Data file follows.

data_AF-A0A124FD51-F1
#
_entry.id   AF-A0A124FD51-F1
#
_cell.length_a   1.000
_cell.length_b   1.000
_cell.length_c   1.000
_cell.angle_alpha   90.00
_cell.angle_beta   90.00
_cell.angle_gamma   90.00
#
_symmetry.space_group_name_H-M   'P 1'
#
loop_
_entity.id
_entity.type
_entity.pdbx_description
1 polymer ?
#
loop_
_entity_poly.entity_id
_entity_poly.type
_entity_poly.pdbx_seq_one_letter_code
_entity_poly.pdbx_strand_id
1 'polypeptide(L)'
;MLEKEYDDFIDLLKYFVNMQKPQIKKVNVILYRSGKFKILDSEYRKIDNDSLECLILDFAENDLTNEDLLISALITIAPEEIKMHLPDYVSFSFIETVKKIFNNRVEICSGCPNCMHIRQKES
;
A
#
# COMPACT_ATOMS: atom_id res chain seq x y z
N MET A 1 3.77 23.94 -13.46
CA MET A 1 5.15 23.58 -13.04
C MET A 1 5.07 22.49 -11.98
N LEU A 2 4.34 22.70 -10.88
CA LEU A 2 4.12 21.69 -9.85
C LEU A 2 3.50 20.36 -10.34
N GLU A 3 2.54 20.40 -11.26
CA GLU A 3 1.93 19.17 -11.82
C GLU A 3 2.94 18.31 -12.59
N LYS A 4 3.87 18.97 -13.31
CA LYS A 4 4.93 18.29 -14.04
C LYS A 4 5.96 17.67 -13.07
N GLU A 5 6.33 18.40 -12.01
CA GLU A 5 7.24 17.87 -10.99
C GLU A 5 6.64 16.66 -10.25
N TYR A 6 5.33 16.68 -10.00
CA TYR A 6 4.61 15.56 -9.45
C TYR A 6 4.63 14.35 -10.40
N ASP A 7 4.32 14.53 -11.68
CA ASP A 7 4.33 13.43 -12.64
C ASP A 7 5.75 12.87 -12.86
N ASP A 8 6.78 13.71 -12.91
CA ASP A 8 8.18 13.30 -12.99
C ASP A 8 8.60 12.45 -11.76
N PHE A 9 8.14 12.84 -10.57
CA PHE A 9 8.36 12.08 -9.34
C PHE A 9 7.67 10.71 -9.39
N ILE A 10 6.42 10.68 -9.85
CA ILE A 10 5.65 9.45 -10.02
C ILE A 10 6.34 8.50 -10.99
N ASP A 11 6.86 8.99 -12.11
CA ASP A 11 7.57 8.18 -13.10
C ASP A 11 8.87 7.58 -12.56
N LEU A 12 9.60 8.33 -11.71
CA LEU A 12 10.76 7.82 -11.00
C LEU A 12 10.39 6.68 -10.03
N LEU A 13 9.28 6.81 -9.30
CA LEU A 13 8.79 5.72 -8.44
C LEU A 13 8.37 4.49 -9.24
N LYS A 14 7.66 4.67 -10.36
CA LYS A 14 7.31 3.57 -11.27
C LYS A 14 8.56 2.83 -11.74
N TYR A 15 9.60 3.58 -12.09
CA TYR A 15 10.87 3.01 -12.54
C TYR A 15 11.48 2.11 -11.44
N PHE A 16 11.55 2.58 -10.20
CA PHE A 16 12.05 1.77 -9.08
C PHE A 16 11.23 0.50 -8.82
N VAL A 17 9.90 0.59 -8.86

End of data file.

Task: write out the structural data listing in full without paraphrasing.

data_AF-A0A124FD51-F1
#
_entry.id   AF-A0A124FD51-F1
#
_cell.length_a   1.000
_cell.length_b   1.000
_cell.length_c   1.000
_cell.angle_alpha   90.00
_cell.angle_beta   90.00
_cell.angle_gamma   90.00
#
_symmetry.space_group_name_H-M   'P 1'
#
loop_
_entity.id
_entity.type
_entity.pdbx_description
1 polymer ?
#
loop_
_entity_poly.entity_id
_entity_poly.type
_entity_poly.pdbx_seq_one_letter_code
_entity_poly.pdbx_strand_id
1 'polypeptide(L)'
;MLEKEYDDFIDLLKYFVNMQKPQIKKVNVILYRSGKFKILDSEYRKIDNDSLECLILDFAENDLTNEDLLISALITIAPEEIKMHLPDYVSFSFIETVKKIFNNRVEICSGCPNCMHIRQKES
;
A
#
# COMPACT_ATOMS: atom_id res chain seq x y z
N MET A 1 3.77 23.94 -13.46
CA MET A 1 5.15 23.58 -13.04
C MET A 1 5.07 22.49 -11.98
N LEU A 2 4.34 22.70 -10.88
CA LEU A 2 4.12 21.69 -9.85
C LEU A 2 3.50 20.36 -10.34
N GLU A 3 2.54 20.40 -11.26
CA GLU A 3 1.93 19.17 -11.82
C GLU A 3 2.94 18.31 -12.59
N LYS A 4 3.87 18.97 -13.31
CA LYS A 4 4.93 18.29 -14.04
C LYS A 4 5.96 17.67 -13.07
N GLU A 5 6.33 18.40 -12.01
CA GLU A 5 7.24 17.87 -10.99
C GLU A 5 6.64 16.66 -10.25
N TYR A 6 5.33 16.68 -10.00
CA TYR A 6 4.61 15.56 -9.45
C TYR A 6 4.63 14.35 -10.40
N ASP A 7 4.32 14.53 -11.68
CA ASP A 7 4.33 13.43 -12.64
C ASP A 7 5.75 12.87 -12.86
N ASP A 8 6.78 13.71 -12.91
CA ASP A 8 8.18 13.30 -12.99
C ASP A 8 8.60 12.45 -11.76
N PHE A 9 8.14 12.84 -10.57
CA PHE A 9 8.36 12.08 -9.34
C PHE A 9 7.67 10.71 -9.39
N ILE A 10 6.42 10.68 -9.85
CA ILE A 10 5.65 9.45 -10.02
C ILE A 10 6.34 8.50 -10.99
N ASP A 11 6.86 8.99 -12.11
CA ASP A 11 7.57 8.18 -13.10
C ASP A 11 8.87 7.58 -12.56
N LEU A 12 9.60 8.33 -11.71
CA LEU A 12 10.76 7.82 -11.00
C LEU A 12 10.39 6.68 -10.03
N LEU A 13 9.28 6.81 -9.30
CA LEU A 13 8.79 5.72 -8.44
C LEU A 13 8.37 4.49 -9.24
N LYS A 14 7.66 4.67 -10.36
CA LYS A 14 7.31 3.57 -11.27
C LYS A 14 8.56 2.83 -11.74
N TYR A 15 9.60 3.58 -12.09
CA TYR A 15 10.87 3.01 -12.54
C TYR A 15 11.48 2.11 -11.44
N PHE A 16 11.55 2.58 -10.20
CA PHE A 16 12.05 1.77 -9.08
C PHE A 16 11.23 0.50 -8.82
N VAL A 17 9.90 0.59 -8.86